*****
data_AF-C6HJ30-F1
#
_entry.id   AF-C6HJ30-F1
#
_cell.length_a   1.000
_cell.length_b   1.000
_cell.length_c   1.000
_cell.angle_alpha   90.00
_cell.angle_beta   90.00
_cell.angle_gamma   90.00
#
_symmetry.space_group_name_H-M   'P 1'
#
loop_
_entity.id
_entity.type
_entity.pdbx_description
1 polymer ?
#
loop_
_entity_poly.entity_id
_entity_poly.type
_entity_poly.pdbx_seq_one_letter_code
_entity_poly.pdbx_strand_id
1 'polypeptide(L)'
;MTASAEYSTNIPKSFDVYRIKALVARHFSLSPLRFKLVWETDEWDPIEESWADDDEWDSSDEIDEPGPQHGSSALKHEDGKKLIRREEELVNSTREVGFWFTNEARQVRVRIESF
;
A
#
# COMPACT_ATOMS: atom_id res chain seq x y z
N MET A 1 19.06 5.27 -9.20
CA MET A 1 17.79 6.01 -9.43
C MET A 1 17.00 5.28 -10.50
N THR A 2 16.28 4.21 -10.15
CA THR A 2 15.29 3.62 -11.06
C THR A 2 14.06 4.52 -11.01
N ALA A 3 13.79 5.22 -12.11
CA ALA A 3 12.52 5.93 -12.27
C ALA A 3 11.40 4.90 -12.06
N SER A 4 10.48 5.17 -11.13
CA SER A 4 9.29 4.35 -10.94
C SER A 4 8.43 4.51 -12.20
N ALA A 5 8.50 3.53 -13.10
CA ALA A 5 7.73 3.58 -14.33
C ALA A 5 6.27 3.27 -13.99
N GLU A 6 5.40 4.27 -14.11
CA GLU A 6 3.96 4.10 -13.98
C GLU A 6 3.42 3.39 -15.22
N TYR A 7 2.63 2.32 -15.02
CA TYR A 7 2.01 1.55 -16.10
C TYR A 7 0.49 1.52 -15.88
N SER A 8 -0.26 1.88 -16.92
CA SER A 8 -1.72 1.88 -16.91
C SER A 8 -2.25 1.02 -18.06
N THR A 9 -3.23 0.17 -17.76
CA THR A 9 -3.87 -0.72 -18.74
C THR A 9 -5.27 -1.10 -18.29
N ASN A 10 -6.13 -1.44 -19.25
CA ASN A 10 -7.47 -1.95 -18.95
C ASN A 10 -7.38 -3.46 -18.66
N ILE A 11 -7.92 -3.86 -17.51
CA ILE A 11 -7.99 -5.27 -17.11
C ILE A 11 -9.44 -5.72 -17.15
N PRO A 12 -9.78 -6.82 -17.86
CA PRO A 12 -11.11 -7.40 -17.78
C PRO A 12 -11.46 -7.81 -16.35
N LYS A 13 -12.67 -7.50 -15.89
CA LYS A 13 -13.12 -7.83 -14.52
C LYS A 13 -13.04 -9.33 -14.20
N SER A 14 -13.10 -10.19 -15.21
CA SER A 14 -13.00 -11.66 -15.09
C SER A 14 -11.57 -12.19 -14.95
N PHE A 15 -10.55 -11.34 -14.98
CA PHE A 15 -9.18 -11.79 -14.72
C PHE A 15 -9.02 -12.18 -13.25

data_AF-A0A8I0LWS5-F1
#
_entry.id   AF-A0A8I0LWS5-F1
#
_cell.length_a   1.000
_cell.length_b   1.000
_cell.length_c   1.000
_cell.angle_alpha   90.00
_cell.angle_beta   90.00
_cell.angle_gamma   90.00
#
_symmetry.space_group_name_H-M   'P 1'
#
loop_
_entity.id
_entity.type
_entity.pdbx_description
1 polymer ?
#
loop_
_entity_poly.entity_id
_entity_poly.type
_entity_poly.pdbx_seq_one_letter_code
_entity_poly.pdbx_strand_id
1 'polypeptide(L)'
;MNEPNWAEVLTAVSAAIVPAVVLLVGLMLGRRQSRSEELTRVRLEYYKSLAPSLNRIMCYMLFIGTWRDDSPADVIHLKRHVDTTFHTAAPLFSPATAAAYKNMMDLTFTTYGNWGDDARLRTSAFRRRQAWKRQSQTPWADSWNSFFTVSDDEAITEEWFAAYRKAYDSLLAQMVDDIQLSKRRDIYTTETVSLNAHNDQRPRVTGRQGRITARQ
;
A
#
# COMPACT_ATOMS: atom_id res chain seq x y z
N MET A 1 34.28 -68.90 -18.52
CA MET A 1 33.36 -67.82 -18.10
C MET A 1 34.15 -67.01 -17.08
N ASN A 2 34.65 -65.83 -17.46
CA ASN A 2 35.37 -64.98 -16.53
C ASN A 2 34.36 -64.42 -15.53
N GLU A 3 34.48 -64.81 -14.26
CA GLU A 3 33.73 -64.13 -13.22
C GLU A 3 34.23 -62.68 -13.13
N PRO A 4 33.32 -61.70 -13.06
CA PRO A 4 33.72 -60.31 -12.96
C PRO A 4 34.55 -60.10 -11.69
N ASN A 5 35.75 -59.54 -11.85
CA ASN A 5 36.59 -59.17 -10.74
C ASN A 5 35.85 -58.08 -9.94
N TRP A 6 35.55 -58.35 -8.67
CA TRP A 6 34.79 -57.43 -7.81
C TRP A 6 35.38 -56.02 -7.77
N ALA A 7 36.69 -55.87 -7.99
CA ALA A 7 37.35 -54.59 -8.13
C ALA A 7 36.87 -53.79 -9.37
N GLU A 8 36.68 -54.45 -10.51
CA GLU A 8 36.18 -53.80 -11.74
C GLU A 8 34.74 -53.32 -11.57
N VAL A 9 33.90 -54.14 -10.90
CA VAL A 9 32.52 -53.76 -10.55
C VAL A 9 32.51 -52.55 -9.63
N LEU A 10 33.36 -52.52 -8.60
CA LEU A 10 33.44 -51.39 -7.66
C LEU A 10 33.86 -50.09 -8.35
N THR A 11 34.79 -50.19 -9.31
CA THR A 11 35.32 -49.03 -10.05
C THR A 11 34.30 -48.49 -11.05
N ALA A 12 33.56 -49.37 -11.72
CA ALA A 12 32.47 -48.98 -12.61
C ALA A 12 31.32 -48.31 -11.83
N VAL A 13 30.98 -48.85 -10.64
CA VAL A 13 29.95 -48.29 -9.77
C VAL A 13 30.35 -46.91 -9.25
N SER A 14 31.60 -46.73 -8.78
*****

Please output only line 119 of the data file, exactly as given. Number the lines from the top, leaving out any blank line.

CA ASN A 5 36.59 -59.17 -10.74